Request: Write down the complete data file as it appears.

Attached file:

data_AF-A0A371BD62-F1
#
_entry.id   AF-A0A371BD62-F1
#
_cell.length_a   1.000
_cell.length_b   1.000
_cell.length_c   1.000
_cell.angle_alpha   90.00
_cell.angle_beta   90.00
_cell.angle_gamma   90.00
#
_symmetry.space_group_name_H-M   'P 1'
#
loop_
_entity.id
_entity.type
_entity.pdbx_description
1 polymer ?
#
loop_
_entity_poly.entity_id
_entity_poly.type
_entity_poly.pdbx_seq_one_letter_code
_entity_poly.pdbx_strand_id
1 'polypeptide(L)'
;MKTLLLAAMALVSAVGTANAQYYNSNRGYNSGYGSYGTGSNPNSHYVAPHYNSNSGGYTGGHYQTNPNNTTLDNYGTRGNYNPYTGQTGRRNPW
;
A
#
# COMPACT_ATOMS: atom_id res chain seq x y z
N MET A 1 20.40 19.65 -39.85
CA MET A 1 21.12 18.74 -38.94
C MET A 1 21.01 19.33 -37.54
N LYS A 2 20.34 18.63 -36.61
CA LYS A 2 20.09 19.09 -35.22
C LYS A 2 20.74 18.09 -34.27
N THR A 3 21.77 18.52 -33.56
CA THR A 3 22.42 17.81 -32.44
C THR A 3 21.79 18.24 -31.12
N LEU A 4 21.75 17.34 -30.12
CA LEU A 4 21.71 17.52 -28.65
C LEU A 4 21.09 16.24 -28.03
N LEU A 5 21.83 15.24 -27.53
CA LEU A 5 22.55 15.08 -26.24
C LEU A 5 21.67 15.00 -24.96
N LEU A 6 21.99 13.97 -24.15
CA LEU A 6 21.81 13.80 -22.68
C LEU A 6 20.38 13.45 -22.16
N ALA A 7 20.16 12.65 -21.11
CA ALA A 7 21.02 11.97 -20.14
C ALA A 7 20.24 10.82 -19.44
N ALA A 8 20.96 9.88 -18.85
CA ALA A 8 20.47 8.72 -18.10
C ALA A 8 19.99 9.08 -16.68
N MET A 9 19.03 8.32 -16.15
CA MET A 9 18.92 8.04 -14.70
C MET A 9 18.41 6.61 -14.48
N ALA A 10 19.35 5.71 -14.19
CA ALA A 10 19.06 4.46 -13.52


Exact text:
data_AF-A0A371BD62-F1
#
_entry.id   AF-A0A371BD62-F1
#
_cell.length_a   1.000
_cell.length_b   1.000
_cell.length_c   1.000
_cell.angle_alpha   90.00
_cell.angle_beta   90.00
_cell.angle_gamma   90.00
#
_symmetry.space_group_name_H-M   'P 1'
#
loop_
_entity.id
_entity.type
_entity.pdbx_description
1 polymer ?
#
loop_
_entity_poly.entity_id
_entity_poly.type
_entity_poly.pdbx_seq_one_letter_code
_entity_poly.pdbx_strand_id
1 'polypeptide(L)'
;MKTLLLAAMALVSAVGTANAQYYNSNRGYNSGYGSYGTGSNPNSHYVAPHYNSNSGGYTGGHYQTNPNNTTLDNYGTRGNYNPYTGQTGRRNPW
;
A
#
# COMPACT_ATOMS: atom_id res chain seq x y z
N MET A 1 20.40 19.65 -39.85
CA MET A 1 21.12 18.74 -38.94
C MET A 1 21.01 19.33 -37.54
N LYS A 2 20.34 18.63 -36.61
CA LYS A 2 20.09 19.09 -35.22
C LYS A 2 20.74 18.09 -34.27
N THR A 3 21.77 18.52 -33.56
CA THR A 3 22.42 17.81 -32.44
C THR A 3 21.79 18.24 -31.12
N LEU A 4 21.75 17.34 -30.12
CA LEU A 4 21.71 17.52 -28.65
C LEU A 4 21.09 16.24 -28.03
N LEU A 5 21.83 15.24 -27.53
CA LEU A 5 22.55 15.08 -26.24
C LEU A 5 21.67 15.00 -24.96
N LEU A 6 21.99 13.97 -24.15
CA LEU A 6 21.81 13.80 -22.68
C LEU A 6 20.38 13.45 -22.16
N ALA A 7 20.16 12.65 -21.11
CA ALA A 7 21.02 11.97 -20.14
C ALA A 7 20.24 10.82 -19.44
N ALA A 8 20.96 9.88 -18.85
CA ALA A 8 20.47 8.72 -18.10
C ALA A 8 19.99 9.08 -16.68
N MET A 9 19.03 8.32 -16.15
CA MET A 9 18.92 8.04 -14.70
C MET A 9 18.41 6.61 -14.48
N ALA A 10 19.35 5.71 -14.19
CA ALA A 10 19.06 4.46 -13.52